In this case, a pharmacist is sanctioned for dispensing sample quantities of medications.
Dr. Fink is professor of pharmacy law and policy at the University of Kentucky College of Pharmacy, Lexington.
When a pharmacist is charged with aviolation of the law and has had thematter referred to an administrativelaw judge who concluded that therewas no genuine issue of material fact,does the pharmacist subsequentlyhave a right to a hearing on the matterbefore the state board of pharmacyprior to suspending his license?
A pharmacist in a mid-Atlantic stateentered into an arrangement with asales representative from a pharmaceuticalmanufacturer related to a voucherprogram the firm used to distributesample quantities of its medicationsto patients. After a prescriber issuedthe request for dispensing the samplequantity of one of the covered medicationson a specific form, the formwould be presented at the pharmacyfor dispensing. The pharmacist wasto dispense the medication the sameway as with a customary prescription,submitting an attached voucher to themanufacturer for reimbursement ofproduct cost, plus a dispensing fee.
This was how the system wasdesigned to work. In this instance,however, the sales representativewould bring the pharmacy bundles ofthe prescription sample forms. Thisdiffered from the planned approach,wherein the patient would present theform at the pharmacy. In a 4-monthperiod, the representative presented965 forms at the pharmacy, 104 ofwhich formed the basis for a complaintfiled by the state attorney general.The sample quantities of medicationbeing dispensed by the pharmacistwere not picked up by the patients.Instead, they were either picked upby the representative or mailed to aparticular physician, who was not theprescribing physician on the formsthat had been presented. Affidavitswere presented from the prescriberswhose names did appear on the formverifying that they did not sign them.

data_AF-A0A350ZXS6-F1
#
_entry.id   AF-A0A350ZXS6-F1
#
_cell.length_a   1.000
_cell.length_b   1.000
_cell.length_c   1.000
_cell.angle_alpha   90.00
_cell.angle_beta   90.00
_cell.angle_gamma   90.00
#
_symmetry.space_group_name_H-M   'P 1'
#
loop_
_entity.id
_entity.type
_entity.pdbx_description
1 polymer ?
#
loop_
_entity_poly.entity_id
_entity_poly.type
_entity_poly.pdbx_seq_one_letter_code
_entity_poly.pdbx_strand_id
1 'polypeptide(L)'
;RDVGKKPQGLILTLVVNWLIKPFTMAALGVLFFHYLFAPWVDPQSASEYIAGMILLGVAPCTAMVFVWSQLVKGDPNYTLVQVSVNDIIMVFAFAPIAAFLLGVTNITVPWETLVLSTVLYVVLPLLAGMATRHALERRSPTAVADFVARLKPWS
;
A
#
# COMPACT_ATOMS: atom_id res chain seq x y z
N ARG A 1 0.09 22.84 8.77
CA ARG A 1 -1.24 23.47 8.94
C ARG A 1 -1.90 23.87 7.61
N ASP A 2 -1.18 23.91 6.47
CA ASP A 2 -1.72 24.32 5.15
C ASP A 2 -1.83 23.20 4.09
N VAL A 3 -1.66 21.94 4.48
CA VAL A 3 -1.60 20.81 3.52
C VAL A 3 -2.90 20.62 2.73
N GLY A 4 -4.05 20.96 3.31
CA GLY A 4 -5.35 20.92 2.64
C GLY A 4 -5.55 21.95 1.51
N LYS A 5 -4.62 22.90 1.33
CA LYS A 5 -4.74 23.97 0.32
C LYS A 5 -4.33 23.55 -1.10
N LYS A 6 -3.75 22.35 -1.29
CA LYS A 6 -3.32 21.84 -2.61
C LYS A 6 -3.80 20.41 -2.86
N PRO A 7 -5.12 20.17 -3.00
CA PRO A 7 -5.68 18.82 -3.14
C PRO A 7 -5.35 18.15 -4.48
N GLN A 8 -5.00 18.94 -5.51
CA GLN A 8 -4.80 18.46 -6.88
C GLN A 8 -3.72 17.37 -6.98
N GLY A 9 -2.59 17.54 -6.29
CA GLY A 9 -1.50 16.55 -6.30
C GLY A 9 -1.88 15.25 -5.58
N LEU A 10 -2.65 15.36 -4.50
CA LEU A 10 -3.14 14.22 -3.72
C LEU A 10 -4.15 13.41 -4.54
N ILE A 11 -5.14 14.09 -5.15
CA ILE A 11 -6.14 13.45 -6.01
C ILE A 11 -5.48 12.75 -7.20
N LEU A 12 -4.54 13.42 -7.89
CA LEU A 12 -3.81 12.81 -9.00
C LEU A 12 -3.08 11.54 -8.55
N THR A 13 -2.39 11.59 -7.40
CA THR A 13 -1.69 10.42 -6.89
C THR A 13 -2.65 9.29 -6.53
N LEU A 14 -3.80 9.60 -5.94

The attorney general filed a 4-countcomplaint alleging a variety of statutoryand regulatory violations. Sanctionssought in the complaint included suspensionof the pharmacist's license andpharmacy permit, as well as impositionof penalties and recovery of investigativecosts and attorneys' fees. The pharmacistfiled an answer contesting all allegations.The matter was referred to anadministrative law judge for a hearing.
The attorney general filed a motionwith the administrative law judge for asummary decision, in essence requestingthat the hearing officer determinethat there were not material issues indispute and that a ruling could be madebased on the filings. The pharmacistfiled a cross motion for a partial summarydecision. Both parties stipulatedcertain facts and filed certified statementsin support of their positions.Both sides also submitted reports frompharmacists serving as experts on thetopic of dispensing medications andhandling such requests for dispensingof sample quantities of medications.
The administrative law judge concludedthat there was no genuine issueof material fact and granted the motionof the attorney general. The hearingofficer concluded that the facts constituted"gross negligence, negligence,and evidence of a lack of professionaljudgment." He ruled that the pharmacistfailed to record the medication inthe patients' profiles and failed to offerto counsel them. In the view of theadministrative law judge there was,however, a genuine issue of materialfact about whether a drug use reviewhad been conducted and whether thepharmacist had failed to record hisinitials on the prescriptions.
The administrative law judge reportedthis to the board, which afforded theparties the opportunity to be heard onthe issue of the pharmacist's exceptionsto the judge's decision and permittedthe pharmacist to present evidence.
The board ordered a 5-year suspensionof the pharmacist's license, withthe first 2 years being an "active suspension"and the remaining 3 yearsviewed as a probationary period. Inaddition, investigative costs and attorneys'fees totaling $99,639.75 and a civilpenalty totaling $10,000 were assessed.The pharmacist appealed those sanctionsto an appellate court, arguingthat he never had a chance to addressall the issues before the board.
The court ruled in favor of the board,upholding the penalties.
The court first pointed out that theactions of administrative agencies areentitled to a "strong presumption ofreasonableness." It found the decisionof the board to be "entirely consistent"with the applicable statutes andregulations and supported by substantialcredible evidence. It concludedthat the undisputed facts providedample support for the finding that thepharmacist dispensed the medicationunder circumstances that should havealerted him to the fact that the prescriptionswere not valid.